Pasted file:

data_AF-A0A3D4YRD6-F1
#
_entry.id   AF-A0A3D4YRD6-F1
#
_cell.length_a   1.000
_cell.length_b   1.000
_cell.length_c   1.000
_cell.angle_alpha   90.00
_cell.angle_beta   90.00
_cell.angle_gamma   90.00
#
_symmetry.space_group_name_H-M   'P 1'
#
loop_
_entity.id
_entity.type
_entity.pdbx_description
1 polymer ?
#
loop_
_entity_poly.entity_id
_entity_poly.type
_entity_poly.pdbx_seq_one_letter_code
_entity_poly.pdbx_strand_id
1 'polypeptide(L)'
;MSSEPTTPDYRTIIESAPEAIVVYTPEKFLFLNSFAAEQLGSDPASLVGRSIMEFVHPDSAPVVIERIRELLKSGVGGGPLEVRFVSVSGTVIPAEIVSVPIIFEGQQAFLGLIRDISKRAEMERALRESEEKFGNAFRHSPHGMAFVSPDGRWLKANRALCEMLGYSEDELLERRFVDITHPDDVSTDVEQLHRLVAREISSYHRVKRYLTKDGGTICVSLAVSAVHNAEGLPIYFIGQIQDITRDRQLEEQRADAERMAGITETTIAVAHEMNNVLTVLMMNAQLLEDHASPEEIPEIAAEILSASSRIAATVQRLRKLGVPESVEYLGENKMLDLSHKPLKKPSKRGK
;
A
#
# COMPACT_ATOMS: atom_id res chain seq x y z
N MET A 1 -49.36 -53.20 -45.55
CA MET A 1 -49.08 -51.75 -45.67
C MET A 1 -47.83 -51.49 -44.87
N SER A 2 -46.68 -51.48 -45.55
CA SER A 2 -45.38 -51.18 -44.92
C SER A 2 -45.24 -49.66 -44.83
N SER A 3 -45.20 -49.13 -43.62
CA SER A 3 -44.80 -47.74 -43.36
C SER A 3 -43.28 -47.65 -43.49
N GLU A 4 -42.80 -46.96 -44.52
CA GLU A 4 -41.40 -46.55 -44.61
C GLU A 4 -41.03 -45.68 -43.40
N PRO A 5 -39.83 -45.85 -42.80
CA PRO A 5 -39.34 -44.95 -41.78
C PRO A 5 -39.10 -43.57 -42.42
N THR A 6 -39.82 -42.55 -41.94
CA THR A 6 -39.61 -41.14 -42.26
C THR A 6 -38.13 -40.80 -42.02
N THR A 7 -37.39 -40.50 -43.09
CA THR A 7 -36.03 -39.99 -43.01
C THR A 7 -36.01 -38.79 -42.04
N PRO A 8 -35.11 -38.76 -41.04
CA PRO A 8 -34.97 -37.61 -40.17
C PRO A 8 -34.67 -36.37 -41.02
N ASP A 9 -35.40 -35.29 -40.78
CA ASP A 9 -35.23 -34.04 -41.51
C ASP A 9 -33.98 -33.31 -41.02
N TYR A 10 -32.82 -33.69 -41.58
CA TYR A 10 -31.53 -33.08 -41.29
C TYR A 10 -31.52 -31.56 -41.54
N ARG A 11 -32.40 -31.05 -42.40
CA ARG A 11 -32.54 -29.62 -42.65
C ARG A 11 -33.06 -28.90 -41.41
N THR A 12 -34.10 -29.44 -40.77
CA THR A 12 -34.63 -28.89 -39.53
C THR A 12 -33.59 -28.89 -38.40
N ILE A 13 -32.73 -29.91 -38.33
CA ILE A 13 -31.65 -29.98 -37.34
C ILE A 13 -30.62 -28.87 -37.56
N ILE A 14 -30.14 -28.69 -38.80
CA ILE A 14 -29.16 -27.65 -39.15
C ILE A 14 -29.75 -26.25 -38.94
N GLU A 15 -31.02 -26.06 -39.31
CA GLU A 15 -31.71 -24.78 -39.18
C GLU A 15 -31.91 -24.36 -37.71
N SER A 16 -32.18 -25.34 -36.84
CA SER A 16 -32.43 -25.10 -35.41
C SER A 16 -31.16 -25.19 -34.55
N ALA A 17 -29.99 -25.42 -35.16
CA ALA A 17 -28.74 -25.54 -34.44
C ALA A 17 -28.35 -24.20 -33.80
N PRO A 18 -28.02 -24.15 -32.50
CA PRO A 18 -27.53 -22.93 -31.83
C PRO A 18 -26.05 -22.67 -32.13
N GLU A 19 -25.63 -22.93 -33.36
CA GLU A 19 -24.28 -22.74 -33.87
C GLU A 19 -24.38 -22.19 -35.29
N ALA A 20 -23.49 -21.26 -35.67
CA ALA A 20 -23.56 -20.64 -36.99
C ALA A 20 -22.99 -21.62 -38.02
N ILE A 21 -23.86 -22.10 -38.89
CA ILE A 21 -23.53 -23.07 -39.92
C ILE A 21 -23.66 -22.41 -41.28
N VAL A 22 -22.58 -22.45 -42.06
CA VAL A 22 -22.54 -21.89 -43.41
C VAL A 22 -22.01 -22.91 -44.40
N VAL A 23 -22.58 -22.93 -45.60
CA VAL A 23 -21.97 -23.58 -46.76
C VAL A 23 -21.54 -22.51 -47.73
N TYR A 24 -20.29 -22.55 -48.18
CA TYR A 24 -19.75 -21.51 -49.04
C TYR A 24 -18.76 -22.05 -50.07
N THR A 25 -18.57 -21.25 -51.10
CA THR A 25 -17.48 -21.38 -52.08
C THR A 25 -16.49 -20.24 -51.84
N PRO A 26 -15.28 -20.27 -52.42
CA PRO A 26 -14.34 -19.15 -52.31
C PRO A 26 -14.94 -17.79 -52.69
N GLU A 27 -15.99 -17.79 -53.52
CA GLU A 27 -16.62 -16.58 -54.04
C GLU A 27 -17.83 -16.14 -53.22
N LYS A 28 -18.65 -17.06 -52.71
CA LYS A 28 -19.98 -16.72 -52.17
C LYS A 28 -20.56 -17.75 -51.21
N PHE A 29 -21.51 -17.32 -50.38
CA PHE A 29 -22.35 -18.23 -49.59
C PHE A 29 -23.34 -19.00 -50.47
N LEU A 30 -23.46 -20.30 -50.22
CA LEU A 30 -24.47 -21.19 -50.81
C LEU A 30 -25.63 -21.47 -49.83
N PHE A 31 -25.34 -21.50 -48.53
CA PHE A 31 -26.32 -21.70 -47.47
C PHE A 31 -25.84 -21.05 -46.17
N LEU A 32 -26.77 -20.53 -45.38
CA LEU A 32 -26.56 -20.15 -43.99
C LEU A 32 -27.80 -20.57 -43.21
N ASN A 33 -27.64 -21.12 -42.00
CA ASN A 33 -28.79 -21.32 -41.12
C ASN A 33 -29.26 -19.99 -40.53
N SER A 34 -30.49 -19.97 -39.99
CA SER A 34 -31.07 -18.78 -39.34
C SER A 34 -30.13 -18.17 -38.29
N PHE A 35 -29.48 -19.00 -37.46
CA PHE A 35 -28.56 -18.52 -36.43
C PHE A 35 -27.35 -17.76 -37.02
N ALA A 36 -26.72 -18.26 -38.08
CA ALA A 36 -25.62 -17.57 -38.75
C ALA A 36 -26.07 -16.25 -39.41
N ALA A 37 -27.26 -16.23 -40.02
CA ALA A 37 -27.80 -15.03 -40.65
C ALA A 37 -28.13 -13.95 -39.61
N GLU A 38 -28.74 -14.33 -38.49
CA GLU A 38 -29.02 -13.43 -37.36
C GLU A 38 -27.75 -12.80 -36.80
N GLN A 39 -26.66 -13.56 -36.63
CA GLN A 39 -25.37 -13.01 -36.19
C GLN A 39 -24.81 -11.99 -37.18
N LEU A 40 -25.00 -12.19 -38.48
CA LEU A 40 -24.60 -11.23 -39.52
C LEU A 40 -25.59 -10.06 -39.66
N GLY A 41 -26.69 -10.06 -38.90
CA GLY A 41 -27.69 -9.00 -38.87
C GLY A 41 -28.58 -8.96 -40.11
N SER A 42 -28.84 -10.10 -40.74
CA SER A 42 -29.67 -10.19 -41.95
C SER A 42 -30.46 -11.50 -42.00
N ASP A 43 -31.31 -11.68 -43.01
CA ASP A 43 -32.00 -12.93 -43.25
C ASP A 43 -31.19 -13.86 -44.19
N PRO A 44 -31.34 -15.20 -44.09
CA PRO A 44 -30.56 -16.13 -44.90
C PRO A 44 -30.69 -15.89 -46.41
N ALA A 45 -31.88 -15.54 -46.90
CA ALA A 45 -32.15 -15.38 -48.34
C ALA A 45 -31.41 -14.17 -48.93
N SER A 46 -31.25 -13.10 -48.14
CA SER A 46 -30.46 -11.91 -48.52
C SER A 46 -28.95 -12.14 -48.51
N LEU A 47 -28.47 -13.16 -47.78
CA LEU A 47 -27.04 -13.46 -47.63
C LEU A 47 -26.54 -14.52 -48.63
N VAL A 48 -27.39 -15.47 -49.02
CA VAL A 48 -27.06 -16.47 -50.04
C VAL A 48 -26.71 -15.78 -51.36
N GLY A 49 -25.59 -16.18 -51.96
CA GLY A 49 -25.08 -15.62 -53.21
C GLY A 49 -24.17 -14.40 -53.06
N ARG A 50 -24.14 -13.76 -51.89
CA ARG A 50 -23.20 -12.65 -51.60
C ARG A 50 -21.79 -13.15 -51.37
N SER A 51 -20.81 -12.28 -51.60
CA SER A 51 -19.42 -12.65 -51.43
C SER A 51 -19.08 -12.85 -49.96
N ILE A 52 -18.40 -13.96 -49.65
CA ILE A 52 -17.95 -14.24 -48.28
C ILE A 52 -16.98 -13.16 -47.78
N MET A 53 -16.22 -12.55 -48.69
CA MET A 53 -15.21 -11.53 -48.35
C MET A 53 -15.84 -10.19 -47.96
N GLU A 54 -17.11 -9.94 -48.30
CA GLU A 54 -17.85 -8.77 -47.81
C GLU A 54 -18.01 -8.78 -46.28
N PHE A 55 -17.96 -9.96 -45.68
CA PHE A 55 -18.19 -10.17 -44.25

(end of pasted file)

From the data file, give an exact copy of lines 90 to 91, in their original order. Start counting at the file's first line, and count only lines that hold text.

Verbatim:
C ALA A 20 -22.99 -21.62 -38.02
N ILE A 21 -23.86 -22.10 -38.89